And Thee, great Source of Nature, sing.
The sun, that walks his airy way
To light the world and give the day;
The moon, that shines with borrowed light;
The stars, that gild the gloomy night;
The seas, that roll unnumbered waves :
The wood, that spreads its shady leaves;
The field, whose ears conceal the grain,
The yellow treasure of the plain;
All of these, and all I see,
Should be sung, and sung by me:
They speak their Maker as they can,
But want and ask the tongue of man.
Go search among your idle dreams,
Your busy or your vain extremes,
And find a life of equal bliss,
Or own the next begun in this.
By the blue taper's trembling light,
No more I waste the wakeful night,
Intent with endless view to pore
The schoolmen and the sages o'er :
Their books from wisdom widely stray,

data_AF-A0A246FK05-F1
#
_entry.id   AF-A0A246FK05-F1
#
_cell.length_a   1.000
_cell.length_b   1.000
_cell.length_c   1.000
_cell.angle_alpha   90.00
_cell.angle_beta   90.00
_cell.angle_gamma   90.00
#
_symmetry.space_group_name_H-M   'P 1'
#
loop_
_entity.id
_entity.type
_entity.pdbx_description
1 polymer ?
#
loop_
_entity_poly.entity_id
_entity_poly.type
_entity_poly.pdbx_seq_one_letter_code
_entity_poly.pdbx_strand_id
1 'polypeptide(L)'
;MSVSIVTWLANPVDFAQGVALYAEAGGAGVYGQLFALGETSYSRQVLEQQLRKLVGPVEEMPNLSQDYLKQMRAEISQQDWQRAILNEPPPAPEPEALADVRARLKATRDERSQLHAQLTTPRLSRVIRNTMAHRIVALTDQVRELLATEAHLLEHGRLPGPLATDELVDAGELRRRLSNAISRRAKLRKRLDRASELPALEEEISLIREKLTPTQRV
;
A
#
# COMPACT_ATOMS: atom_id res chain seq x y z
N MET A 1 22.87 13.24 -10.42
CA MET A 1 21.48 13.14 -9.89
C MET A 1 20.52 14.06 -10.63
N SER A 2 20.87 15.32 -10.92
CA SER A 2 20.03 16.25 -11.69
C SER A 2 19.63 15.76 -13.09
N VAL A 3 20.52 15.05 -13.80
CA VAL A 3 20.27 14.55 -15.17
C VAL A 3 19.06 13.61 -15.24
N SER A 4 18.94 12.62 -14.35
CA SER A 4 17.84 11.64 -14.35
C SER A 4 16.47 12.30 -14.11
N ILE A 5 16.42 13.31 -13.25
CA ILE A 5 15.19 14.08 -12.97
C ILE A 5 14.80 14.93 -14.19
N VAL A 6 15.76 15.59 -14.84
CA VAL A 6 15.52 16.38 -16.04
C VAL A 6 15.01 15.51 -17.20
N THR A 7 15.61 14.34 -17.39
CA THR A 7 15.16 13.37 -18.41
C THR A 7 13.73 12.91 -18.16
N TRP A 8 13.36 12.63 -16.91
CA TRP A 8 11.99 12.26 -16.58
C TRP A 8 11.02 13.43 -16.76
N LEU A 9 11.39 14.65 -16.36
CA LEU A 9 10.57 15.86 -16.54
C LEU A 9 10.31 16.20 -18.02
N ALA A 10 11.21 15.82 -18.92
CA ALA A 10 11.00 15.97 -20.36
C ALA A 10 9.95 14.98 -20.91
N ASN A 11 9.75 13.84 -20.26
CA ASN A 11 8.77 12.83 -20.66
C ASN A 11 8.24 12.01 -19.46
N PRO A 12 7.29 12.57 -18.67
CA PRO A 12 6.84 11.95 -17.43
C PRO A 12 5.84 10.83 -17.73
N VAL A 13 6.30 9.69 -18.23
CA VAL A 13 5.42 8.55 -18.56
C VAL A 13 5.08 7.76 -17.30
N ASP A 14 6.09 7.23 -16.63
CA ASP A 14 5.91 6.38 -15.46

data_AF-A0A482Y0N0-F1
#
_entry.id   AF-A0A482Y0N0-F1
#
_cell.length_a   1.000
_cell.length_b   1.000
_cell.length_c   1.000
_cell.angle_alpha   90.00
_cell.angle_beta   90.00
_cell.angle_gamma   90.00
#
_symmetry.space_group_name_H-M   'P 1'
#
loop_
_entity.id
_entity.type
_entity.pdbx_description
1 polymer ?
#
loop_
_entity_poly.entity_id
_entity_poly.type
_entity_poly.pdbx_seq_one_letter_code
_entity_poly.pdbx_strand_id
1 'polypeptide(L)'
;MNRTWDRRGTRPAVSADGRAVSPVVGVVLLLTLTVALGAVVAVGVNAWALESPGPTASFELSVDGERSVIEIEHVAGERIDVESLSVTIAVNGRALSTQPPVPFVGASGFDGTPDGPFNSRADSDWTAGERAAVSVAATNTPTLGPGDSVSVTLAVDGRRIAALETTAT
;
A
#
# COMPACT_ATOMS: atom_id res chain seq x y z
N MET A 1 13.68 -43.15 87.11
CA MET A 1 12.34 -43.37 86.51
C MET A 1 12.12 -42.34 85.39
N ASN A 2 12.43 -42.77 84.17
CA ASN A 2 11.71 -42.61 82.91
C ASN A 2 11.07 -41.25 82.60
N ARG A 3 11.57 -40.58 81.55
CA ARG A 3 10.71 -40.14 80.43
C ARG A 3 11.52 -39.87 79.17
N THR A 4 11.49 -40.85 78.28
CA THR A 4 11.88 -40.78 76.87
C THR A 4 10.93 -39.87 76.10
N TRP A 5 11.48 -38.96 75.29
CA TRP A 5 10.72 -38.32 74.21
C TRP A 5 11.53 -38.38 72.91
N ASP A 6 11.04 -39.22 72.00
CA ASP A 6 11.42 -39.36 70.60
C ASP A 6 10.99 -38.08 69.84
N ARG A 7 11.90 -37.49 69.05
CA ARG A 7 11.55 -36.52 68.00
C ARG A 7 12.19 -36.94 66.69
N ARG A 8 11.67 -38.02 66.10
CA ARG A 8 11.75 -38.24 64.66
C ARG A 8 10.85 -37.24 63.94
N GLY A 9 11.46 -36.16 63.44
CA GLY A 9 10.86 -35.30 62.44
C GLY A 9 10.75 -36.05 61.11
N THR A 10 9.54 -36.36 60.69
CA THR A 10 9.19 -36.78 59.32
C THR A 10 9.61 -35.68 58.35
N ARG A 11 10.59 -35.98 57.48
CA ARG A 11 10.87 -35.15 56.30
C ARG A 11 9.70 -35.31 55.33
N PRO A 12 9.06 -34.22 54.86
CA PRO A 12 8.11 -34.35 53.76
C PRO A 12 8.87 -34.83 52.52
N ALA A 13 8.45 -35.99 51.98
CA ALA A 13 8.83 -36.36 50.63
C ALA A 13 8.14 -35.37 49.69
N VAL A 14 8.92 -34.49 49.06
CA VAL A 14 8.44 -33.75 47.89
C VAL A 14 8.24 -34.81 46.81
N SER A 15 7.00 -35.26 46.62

Or point at best the longest way;
I'll seek a readier path, and go
Where wisdom 's surely taught below.
How deep yon azure dyes the sky,
Where orbs of gold unnumbered lie,
While through their ranks in silver pride
The nether crescent seems to glide!
The slumb'ring breeze forgets to breathe;
The lake is smooth and clear beneath,
Where once again the spangled show
Descends to meet our eyes below.
The grounds which on the right aspire
In dimness from the view retire;
The left presents a place of graves,
Whose wall the silent water laves;
That steeple guides thy doubtful sight
Among the livid gleams of night;
There pass, with melancholy state,
By all the solemn heaps of Fate,
And think, as softly-sad you tread
Above the venerable dead,
“Time was, like thee they life possessed,
And time shall be that thou shalt rest.”
Those graves, with bending osier bound,
That nameless heave the crumbled ground,
Quick to the glancing thought disclose
Where Toil and Poverty repose.
The flat smooth stones that bear a name,
The chisel's slender help to fame
(Which ere our set of friends decay
Their frequent steps may wear away),